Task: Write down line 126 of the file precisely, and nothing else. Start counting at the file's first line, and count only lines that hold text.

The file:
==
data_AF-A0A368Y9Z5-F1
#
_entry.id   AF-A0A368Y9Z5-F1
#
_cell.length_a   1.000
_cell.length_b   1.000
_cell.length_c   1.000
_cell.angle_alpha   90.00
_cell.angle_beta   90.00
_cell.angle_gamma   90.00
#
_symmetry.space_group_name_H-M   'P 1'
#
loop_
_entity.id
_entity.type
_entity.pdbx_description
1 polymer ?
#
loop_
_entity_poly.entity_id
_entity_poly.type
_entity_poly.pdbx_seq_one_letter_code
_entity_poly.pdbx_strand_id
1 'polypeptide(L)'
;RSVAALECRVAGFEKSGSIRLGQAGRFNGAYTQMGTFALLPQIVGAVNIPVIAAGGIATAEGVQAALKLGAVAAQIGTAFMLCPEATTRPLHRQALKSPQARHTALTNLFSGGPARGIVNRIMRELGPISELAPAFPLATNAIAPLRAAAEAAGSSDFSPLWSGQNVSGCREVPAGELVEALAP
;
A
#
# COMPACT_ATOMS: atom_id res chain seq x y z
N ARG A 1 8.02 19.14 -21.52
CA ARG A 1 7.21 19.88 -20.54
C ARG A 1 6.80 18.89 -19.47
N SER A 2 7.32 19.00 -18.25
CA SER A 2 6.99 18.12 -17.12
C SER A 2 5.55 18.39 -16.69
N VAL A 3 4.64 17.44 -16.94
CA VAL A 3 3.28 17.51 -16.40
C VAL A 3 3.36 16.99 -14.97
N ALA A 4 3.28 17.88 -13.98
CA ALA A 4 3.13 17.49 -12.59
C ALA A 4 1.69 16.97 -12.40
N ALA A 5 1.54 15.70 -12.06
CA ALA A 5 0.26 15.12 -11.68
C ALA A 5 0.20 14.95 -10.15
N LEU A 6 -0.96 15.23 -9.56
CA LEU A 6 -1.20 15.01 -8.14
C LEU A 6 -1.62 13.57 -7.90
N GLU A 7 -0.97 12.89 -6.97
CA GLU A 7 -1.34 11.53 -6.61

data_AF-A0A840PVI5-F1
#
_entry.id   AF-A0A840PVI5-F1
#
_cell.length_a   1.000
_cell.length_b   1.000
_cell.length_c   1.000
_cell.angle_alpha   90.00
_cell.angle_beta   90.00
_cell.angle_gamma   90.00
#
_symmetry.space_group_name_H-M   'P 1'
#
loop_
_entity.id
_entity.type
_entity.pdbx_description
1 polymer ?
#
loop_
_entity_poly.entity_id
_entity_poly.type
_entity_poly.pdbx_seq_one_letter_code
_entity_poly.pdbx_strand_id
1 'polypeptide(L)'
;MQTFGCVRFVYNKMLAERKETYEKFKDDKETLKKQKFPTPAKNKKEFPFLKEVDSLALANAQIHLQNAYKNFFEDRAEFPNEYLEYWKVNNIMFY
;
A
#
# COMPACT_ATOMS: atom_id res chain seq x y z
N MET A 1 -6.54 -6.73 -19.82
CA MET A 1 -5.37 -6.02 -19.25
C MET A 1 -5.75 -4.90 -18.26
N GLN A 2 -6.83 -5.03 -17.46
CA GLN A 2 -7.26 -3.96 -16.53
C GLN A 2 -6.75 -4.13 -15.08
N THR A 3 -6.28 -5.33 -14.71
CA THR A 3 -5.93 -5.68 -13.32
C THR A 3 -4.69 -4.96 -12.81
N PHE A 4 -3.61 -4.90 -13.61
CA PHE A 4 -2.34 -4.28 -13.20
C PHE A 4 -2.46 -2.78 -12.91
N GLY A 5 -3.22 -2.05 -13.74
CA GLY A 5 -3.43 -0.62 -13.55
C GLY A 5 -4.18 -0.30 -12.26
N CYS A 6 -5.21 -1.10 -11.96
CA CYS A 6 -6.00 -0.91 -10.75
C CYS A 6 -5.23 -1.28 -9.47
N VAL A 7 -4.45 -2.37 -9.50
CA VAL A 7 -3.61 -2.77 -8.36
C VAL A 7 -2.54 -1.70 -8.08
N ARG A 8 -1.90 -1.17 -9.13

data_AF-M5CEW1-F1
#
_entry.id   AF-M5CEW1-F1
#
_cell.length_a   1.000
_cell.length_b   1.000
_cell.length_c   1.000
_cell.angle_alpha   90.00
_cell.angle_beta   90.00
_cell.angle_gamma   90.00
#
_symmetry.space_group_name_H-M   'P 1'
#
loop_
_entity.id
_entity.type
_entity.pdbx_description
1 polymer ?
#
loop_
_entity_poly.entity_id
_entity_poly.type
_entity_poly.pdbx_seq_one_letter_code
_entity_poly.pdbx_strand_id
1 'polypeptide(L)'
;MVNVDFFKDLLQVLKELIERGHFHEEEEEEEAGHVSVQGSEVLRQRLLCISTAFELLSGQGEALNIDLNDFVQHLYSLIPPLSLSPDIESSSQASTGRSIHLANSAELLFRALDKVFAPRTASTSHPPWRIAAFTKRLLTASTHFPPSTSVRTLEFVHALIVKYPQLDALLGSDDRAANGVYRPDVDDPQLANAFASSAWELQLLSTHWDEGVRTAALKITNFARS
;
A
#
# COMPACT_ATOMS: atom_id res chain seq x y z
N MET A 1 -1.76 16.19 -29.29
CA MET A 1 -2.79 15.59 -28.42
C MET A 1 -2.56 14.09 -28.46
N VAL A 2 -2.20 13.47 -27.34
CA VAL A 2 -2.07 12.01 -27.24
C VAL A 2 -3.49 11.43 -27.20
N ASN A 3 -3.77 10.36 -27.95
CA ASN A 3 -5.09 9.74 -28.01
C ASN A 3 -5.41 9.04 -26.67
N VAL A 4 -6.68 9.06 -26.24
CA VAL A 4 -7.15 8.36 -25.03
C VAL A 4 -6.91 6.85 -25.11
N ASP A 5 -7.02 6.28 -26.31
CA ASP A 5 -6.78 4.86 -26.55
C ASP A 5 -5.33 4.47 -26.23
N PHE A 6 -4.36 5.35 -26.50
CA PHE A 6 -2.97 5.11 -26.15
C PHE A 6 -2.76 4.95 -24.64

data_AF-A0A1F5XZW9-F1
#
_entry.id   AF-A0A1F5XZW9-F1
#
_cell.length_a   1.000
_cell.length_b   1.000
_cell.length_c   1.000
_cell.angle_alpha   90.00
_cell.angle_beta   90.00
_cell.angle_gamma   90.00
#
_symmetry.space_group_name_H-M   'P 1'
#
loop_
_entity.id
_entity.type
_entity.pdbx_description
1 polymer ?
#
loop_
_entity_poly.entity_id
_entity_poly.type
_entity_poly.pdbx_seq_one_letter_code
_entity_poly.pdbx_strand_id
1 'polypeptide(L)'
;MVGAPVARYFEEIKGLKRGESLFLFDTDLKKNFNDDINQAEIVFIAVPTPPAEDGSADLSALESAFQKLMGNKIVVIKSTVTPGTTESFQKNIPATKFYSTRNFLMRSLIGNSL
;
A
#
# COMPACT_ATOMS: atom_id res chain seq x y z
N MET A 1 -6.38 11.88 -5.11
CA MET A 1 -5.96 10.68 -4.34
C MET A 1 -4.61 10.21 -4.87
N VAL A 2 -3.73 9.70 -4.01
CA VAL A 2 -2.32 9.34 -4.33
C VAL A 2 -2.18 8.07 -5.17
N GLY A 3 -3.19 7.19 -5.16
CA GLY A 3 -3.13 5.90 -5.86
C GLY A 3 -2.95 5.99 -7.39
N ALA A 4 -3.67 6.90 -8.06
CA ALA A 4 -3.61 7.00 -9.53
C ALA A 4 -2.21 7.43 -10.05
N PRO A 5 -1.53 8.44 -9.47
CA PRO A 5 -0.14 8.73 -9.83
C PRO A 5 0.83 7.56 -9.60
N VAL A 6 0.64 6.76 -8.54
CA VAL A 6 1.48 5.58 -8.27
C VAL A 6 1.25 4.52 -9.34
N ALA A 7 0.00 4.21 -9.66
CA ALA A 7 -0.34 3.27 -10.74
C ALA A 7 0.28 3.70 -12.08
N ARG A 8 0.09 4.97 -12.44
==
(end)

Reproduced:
_entity_poly.pdbx_strand_id